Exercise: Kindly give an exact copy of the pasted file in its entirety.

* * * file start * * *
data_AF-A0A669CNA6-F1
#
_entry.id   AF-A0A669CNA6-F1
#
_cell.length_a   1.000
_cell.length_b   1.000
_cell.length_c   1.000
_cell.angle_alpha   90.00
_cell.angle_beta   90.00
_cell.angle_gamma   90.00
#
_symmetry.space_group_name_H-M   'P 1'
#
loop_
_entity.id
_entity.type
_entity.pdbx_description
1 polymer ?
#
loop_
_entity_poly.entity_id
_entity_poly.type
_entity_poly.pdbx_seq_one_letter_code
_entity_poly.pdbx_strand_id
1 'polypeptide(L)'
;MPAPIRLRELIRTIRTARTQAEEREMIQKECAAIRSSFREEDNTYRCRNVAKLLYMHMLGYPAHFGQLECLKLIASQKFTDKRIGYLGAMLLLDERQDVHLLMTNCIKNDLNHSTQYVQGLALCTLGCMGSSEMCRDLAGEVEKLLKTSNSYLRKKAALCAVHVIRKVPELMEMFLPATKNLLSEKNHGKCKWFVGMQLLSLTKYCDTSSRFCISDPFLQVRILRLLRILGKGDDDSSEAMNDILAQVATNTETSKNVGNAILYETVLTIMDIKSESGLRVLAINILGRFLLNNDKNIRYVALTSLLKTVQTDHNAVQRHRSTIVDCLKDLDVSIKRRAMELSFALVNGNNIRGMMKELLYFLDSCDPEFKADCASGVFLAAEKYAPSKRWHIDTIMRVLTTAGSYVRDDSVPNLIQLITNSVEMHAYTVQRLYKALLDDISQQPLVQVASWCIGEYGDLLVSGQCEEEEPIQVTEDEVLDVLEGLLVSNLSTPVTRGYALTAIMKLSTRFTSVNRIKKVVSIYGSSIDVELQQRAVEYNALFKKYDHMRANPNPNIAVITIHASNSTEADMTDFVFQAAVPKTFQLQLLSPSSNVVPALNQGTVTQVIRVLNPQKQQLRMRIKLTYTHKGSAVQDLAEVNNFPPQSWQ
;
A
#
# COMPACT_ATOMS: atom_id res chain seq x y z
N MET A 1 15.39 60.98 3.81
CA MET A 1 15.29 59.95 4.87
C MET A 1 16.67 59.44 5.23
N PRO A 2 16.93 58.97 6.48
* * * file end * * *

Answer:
data_AF-A0A669CNA6-F1
#
_entry.id   AF-A0A669CNA6-F1
#
_cell.length_a   1.000
_cell.length_b   1.000
_cell.length_c   1.000
_cell.angle_alpha   90.00
_cell.angle_beta   90.00
_cell.angle_gamma   90.00
#
_symmetry.space_group_name_H-M   'P 1'
#
loop_
_entity.id
_entity.type
_entity.pdbx_description
1 polymer ?
#
loop_
_entity_poly.entity_id
_entity_poly.type
_entity_poly.pdbx_seq_one_letter_code
_entity_poly.pdbx_strand_id
1 'polypeptide(L)'
;MPAPIRLRELIRTIRTARTQAEEREMIQKECAAIRSSFREEDNTYRCRNVAKLLYMHMLGYPAHFGQLECLKLIASQKFTDKRIGYLGAMLLLDERQDVHLLMTNCIKNDLNHSTQYVQGLALCTLGCMGSSEMCRDLAGEVEKLLKTSNSYLRKKAALCAVHVIRKVPELMEMFLPATKNLLSEKNHGKCKWFVGMQLLSLTKYCDTSSRFCISDPFLQVRILRLLRILGKGDDDSSEAMNDILAQVATNTETSKNVGNAILYETVLTIMDIKSESGLRVLAINILGRFLLNNDKNIRYVALTSLLKTVQTDHNAVQRHRSTIVDCLKDLDVSIKRRAMELSFALVNGNNIRGMMKELLYFLDSCDPEFKADCASGVFLAAEKYAPSKRWHIDTIMRVLTTAGSYVRDDSVPNLIQLITNSVEMHAYTVQRLYKALLDDISQQPLVQVASWCIGEYGDLLVSGQCEEEEPIQVTEDEVLDVLEGLLVSNLSTPVTRGYALTAIMKLSTRFTSVNRIKKVVSIYGSSIDVELQQRAVEYNALFKKYDHMRANPNPNIAVITIHASNSTEADMTDFVFQAAVPKTFQLQLLSPSSNVVPALNQGTVTQVIRVLNPQKQQLRMRIKLTYTHKGSAVQDLAEVNNFPPQSWQ
;
A
#
# COMPACT_ATOMS: atom_id res chain seq x y z
N MET A 1 15.39 60.98 3.81
CA MET A 1 15.29 59.95 4.87
C MET A 1 16.67 59.44 5.23
N PRO A 2 16.93 58.97 6.48